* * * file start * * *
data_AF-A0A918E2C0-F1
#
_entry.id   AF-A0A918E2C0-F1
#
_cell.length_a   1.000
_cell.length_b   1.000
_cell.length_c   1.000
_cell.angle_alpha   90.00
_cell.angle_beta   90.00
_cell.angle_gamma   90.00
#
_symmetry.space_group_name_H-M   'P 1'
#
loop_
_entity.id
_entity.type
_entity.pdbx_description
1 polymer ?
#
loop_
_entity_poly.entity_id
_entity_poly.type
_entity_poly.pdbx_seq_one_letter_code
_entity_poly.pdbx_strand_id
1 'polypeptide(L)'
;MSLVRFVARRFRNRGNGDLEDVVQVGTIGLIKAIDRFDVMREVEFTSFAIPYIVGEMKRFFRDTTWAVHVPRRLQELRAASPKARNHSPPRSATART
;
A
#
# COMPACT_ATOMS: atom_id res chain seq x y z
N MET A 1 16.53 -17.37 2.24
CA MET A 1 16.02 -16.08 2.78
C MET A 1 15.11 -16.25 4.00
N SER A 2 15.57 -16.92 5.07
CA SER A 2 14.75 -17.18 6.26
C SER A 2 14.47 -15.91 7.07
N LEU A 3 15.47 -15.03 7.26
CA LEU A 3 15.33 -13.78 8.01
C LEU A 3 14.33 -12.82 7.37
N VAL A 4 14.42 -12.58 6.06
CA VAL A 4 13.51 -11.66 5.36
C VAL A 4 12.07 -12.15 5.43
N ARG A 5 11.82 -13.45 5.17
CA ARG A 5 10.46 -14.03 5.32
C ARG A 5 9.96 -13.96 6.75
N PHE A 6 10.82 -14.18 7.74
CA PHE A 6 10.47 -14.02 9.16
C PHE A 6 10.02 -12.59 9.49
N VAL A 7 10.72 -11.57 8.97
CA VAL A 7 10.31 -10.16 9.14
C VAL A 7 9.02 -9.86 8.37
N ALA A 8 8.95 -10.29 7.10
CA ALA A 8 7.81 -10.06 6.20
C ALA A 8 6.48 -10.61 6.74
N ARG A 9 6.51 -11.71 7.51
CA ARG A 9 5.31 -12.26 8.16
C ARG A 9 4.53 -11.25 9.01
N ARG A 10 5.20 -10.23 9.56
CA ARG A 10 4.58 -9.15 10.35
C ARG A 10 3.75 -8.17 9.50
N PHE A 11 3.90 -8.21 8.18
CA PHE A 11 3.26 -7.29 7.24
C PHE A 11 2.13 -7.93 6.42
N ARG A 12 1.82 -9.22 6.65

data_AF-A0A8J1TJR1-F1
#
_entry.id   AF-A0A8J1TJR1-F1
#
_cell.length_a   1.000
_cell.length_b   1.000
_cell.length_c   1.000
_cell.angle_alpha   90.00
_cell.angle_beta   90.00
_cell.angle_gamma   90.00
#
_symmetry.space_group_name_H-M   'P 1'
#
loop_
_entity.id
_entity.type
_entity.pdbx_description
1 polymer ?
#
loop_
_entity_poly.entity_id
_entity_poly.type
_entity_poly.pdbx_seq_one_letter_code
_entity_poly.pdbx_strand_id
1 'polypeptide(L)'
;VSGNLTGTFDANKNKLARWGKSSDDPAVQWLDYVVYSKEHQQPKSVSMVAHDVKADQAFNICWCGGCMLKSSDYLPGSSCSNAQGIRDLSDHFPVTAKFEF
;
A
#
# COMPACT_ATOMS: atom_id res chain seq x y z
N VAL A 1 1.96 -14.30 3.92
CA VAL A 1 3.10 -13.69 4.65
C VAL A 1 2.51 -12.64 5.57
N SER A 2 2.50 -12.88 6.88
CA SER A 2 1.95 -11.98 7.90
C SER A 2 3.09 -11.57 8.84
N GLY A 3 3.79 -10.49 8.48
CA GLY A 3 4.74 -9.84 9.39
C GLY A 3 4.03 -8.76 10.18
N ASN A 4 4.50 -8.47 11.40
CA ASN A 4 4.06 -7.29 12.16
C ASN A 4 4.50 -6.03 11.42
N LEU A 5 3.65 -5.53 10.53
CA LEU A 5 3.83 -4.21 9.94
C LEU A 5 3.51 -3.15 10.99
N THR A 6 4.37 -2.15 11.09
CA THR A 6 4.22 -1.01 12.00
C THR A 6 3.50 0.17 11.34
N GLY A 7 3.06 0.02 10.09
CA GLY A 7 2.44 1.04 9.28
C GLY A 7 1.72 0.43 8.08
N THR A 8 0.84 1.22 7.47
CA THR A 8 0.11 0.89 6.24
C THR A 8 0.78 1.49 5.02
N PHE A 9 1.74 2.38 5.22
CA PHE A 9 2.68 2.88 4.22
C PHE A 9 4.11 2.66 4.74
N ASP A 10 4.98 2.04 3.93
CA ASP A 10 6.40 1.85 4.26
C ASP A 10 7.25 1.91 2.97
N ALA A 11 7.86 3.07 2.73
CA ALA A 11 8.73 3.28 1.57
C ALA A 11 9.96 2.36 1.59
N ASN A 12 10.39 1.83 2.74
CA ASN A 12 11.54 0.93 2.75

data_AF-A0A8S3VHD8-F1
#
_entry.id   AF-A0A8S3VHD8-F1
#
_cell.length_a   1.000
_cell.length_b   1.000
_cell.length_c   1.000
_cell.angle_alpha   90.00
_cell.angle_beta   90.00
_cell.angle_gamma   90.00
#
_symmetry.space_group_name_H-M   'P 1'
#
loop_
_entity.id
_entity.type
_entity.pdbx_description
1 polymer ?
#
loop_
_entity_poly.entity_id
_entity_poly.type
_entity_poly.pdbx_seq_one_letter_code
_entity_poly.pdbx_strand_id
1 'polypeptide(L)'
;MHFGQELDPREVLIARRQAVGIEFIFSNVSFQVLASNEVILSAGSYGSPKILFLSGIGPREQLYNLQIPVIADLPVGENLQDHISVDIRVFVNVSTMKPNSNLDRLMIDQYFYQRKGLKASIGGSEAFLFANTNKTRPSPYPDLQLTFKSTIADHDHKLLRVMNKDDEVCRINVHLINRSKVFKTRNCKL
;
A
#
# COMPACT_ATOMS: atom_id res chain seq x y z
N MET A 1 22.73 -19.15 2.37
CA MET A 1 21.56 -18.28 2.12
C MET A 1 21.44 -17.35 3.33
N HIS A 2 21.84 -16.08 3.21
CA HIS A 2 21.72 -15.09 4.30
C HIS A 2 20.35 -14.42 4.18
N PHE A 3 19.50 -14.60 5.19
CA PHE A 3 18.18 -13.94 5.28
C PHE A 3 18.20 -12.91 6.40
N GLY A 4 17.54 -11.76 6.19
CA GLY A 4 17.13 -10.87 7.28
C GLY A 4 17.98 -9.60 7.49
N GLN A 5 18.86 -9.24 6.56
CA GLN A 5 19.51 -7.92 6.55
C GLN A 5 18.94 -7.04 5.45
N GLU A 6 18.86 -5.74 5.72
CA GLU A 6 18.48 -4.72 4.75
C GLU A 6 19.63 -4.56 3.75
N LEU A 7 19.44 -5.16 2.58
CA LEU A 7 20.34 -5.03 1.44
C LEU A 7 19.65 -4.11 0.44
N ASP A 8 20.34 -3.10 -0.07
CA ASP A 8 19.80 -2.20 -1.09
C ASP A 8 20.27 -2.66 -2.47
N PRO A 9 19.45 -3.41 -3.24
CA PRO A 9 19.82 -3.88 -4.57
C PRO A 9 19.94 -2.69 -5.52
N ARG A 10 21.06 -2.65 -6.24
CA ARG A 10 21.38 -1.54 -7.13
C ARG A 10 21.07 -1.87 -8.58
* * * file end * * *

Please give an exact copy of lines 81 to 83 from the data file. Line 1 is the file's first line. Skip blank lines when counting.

_entity.pdbx_description
1 polymer ?
#